By Hillel Aron
By Joseph Tsidulko
By Patrick Range McDonald
By David Futch
By Hillel Aron
By Dennis Romero
By Jill Stewart
By Dennis Romero
I thanked the firemen. Then I got back in my car and went to the store.
At the Comicon
I stood beside Vader. “Darth,” I believe, is how his slender, pigtailed companion addressed him. His cape rippling in the wind just outside the San Diego Convention Center, Vader breathed deep and scratchy through the (slightly rusty) vent on his mask. Impressive. Then Vader’s cell phone rang. “How do you work this thing?” he whined in a nasal, slightly effeminate voice. One fantasy deflated.
I didn’t wear a costume, or even a mask, to the 32nd Comicon, the massive annual gathering of the comic-book industry and associated businesses (video games, toys, collectibles, film, what’s left of the dot-com/flash-animation outlets). But plenty of others did — everyone from eager, scrubbed college kids and young/hip/Ghost Worldtypes, to hardcore fanboys and computer geeks. X-Men’s Wolverine was still big this year. Generic goth-fairies, dinosaurs, Batmen and Catwomen munched hot dogs and pizza at the food stands. Klingons sized up imperial storm troopers over Mrs. Fields’ Cookies.
Out on the floor, the convention center was a veritable buzzing, hissing hive of consumerism. Some 50,000 people from all over the country snaked through a maze of booths hawking action figures, vintage movie posters, fanzines, sci-fi/fantasy/horror memorabilia, autographed photos, rare books, original artwork. EBay, Yahoo! and Amazon had booths, promoting themselves as venues to auction off the very same collectibles people were collecting at the convention. Japanese anime, manga and other paraphernalia — stickers, tattoos, T-shirts, superballs, even silk pajamas. And free stuff. Everybody was vying for free stuff. At the Spawn.com booth, reps tossed plastic action figures into the crowd, watching as people dived for the toys as if they were foul balls.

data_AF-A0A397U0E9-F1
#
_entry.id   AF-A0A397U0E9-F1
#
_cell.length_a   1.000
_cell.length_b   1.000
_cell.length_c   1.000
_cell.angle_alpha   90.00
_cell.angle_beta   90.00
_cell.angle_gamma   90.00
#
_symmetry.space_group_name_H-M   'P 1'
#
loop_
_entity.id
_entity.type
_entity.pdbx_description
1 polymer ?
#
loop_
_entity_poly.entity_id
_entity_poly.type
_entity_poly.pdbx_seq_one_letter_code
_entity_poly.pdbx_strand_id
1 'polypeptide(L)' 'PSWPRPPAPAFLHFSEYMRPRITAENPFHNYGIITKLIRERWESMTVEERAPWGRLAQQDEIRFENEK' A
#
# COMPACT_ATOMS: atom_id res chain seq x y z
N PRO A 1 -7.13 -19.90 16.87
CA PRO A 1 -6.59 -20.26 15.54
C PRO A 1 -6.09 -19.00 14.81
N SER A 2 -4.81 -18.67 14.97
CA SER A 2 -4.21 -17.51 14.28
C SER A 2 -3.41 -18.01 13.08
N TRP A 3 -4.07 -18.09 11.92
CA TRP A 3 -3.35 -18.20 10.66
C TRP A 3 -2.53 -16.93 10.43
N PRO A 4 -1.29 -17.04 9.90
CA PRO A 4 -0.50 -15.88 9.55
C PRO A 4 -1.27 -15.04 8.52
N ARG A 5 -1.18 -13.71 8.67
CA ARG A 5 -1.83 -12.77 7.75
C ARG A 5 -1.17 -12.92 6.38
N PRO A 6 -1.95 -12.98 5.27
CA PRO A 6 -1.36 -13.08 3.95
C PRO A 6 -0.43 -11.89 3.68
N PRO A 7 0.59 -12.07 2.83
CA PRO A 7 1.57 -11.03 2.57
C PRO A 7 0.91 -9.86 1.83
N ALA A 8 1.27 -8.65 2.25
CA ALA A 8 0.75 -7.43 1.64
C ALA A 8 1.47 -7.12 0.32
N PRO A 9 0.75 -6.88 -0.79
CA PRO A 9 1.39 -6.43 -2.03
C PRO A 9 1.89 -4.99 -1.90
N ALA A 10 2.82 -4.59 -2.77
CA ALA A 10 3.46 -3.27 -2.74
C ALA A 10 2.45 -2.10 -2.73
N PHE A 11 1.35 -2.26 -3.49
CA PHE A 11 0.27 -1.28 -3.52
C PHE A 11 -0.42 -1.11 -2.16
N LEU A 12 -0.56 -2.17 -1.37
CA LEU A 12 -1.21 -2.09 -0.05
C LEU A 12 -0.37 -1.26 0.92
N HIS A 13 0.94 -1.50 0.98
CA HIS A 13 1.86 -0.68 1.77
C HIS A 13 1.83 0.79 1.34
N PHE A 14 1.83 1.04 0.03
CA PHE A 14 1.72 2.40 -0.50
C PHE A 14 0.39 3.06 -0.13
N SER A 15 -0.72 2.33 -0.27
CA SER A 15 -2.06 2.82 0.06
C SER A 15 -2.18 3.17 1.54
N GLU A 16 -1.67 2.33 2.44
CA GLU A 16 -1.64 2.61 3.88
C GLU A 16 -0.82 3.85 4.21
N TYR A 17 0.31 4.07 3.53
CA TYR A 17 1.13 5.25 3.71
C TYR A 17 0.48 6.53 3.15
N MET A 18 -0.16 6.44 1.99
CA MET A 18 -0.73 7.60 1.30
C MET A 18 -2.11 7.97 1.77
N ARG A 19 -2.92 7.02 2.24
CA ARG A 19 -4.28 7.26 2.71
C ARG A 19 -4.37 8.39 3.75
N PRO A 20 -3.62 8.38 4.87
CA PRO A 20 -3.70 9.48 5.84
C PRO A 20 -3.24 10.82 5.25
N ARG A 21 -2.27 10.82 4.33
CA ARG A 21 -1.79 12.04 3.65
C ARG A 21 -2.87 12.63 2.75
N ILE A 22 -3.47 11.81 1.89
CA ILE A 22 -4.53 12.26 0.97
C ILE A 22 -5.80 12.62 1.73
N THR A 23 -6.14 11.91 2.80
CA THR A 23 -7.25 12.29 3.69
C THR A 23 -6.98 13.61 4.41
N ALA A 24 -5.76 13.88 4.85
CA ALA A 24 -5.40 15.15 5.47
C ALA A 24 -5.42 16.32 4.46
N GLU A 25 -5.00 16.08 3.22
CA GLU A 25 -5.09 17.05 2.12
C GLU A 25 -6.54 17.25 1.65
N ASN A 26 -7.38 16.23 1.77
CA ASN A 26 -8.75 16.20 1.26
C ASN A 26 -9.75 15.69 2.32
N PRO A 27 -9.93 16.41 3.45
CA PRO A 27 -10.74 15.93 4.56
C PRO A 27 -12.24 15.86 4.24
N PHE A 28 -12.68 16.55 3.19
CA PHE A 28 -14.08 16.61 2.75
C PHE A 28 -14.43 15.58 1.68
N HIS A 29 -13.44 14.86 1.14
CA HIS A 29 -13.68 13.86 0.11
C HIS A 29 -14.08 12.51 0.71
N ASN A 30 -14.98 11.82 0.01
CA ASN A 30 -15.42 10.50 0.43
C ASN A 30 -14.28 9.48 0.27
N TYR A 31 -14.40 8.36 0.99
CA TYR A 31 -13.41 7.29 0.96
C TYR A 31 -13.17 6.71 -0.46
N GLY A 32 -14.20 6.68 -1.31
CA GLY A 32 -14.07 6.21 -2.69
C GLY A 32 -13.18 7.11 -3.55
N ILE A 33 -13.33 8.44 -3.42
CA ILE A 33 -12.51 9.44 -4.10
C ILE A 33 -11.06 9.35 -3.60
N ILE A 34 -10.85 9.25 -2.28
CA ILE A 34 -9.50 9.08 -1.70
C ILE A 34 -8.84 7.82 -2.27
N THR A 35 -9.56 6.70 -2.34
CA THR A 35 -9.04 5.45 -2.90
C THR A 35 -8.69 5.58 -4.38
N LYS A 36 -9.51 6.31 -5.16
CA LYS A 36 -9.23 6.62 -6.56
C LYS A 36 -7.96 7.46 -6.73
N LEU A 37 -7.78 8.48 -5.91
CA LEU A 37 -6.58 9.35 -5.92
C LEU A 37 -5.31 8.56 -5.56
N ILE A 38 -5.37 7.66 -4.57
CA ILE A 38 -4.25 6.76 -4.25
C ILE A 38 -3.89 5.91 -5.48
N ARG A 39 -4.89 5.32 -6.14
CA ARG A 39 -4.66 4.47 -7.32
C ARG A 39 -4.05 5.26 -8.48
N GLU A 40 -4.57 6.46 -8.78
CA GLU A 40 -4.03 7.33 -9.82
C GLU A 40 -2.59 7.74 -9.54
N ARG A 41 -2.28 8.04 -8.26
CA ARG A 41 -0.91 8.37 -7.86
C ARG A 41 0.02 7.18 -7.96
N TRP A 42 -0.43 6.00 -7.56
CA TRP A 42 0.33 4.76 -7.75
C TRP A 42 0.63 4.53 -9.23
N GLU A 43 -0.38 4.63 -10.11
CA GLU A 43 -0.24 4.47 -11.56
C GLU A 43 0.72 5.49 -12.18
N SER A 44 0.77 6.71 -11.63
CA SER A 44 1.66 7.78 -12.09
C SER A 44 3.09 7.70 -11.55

At the Simpsonsbooth, a bald and stubby middle-aged man in a Duke University T-shirt, tube socks and loafers squinted contemplatively at a pile of Bart Simpson viewfinders. “Never seen the show,” he muttered to his buddy. “But for $2, yeah. It’d look good on my desk at the office.”
“What’d you get?” asked a guy behind me in line at the ATM. From the tone of his voice I could just tell he was standing on his tiptoes and peering over my shoulder, into my bag.
“A hat, some T-shirts, stickers,” I said.
He nodded, then carefully lifted a print from his portfolio case, smiling proudly and balancing the corners delicately, so as not to smudge the ink.
“An original, signed John Byrne page,” he said. “$110.”
Later, I spotted a pack of slickly dressed, goateed, cell-phone-wielding Hollywood types circling the periphery of the convention, mining it for material and stuffing their backpacks with comics. “What’s it called? Okay. I’ll take three,” one said, snapping open his wallet. His sidekick leaned in: “It’s like a buddy story, but set in space.”
“Nooo!” wailed a 6-year-old boy wearing a Pooh Bear outfit and pounding his little fists on the carpet. Did he want a toy? A cookie? To stop Hollywood’s cynical appropriation of his favorite comic? A nap? He couldn’t say. His father scooped him up by the armpits and dragged him out of the Con, shrieking.